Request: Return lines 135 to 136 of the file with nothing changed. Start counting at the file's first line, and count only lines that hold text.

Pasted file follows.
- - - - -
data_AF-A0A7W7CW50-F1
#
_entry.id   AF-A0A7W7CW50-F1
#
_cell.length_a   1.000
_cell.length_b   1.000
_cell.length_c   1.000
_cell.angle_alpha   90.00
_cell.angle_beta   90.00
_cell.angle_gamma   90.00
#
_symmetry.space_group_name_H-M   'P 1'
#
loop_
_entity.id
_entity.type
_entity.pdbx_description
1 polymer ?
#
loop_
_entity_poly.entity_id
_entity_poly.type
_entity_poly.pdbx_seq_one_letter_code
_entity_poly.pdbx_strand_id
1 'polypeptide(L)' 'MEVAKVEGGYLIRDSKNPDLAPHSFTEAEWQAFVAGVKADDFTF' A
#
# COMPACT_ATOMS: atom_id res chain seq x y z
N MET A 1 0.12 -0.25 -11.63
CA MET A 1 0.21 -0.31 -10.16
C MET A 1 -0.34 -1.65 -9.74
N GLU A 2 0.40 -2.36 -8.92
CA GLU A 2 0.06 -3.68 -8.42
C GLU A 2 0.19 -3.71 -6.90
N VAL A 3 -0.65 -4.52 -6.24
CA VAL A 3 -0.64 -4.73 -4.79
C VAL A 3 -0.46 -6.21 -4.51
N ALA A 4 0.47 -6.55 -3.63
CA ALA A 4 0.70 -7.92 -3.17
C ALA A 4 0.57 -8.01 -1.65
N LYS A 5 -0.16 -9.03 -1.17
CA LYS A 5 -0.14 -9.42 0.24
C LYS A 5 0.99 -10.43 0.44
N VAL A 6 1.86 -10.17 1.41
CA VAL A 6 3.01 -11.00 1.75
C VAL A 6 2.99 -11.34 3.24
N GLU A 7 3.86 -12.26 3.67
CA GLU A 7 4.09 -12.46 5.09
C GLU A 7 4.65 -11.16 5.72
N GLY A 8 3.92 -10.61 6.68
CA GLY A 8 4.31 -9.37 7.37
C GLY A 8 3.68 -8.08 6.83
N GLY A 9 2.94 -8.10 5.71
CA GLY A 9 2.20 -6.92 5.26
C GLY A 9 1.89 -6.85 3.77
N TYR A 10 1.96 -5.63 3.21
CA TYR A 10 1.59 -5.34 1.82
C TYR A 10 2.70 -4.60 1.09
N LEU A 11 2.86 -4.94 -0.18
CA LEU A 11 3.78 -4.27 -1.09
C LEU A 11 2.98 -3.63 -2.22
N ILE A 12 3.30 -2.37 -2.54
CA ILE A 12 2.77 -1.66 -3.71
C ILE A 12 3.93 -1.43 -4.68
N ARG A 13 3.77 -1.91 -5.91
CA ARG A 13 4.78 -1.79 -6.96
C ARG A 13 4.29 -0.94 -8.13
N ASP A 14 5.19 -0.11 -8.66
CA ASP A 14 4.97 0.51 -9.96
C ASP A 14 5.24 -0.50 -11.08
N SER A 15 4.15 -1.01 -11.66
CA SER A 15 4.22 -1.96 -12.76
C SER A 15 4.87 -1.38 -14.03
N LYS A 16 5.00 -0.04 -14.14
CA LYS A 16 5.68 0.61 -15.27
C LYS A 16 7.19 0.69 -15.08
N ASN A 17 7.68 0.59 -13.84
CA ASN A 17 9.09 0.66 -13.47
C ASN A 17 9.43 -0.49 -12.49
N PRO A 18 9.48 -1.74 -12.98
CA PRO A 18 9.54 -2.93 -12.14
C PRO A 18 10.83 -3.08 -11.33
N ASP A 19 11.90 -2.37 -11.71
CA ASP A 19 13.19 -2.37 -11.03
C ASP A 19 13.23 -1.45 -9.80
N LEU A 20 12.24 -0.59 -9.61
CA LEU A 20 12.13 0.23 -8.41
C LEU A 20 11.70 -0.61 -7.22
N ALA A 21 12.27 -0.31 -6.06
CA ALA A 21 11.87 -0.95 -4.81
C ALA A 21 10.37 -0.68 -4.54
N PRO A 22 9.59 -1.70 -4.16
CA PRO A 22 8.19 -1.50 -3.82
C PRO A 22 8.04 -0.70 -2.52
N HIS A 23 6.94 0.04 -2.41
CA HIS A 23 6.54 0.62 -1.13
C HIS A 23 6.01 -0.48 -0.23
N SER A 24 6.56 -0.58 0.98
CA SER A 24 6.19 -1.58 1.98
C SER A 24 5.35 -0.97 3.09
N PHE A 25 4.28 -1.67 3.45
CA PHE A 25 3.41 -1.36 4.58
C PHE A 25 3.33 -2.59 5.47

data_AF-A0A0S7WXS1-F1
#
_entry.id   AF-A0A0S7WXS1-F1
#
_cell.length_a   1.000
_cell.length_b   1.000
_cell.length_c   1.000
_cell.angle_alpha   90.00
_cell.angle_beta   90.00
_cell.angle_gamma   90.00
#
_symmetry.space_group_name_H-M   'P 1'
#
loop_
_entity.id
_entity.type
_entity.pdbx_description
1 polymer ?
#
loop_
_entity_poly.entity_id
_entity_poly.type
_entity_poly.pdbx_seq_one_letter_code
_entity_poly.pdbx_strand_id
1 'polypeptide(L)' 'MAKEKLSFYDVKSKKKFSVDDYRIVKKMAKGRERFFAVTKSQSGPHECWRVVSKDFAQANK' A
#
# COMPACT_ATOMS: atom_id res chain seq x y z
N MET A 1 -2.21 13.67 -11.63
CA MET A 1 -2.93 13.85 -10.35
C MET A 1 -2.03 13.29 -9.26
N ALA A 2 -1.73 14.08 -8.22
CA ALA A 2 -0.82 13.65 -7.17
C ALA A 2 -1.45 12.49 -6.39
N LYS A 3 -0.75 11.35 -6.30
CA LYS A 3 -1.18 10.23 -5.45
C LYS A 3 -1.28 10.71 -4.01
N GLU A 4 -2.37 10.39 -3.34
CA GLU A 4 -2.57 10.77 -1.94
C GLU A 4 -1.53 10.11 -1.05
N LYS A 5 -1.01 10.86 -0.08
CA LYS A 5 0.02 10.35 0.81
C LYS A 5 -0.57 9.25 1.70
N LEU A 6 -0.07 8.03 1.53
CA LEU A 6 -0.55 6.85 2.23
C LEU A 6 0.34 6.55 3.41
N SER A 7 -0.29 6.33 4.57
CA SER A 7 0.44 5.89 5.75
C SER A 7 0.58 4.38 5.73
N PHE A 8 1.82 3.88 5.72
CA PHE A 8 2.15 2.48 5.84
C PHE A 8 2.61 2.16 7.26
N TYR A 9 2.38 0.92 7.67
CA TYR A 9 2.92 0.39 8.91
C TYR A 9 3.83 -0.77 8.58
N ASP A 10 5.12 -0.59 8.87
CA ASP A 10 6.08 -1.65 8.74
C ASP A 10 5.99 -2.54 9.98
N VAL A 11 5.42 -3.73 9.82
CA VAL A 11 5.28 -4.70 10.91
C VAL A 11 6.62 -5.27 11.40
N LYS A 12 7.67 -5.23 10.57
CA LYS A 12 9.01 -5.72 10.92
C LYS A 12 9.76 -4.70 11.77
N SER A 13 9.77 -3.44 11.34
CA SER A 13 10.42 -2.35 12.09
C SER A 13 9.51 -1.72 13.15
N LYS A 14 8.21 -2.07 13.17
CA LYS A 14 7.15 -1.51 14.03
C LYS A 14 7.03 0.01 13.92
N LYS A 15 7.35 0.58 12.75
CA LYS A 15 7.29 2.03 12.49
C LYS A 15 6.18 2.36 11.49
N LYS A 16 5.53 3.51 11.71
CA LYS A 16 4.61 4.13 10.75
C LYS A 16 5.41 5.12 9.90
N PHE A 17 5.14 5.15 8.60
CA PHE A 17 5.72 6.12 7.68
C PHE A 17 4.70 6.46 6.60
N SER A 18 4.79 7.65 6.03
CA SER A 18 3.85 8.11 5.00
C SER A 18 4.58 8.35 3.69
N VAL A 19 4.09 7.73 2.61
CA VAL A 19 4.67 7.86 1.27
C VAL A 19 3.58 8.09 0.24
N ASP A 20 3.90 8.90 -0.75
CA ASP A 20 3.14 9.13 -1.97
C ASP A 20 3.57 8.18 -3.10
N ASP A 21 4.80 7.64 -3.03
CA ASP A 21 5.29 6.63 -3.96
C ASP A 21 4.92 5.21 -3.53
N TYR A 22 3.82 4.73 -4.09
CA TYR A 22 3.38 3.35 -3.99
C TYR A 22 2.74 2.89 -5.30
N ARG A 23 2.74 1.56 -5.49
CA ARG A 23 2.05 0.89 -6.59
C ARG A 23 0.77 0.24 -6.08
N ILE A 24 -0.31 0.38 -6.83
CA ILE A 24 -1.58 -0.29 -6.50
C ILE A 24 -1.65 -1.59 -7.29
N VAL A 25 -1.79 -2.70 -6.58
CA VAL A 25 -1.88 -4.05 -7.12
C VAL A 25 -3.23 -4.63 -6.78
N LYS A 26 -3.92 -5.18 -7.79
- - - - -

C ALA A 2 -1.45 12.49 -6.39
N LYS A 3 -0.75 11.35 -6.30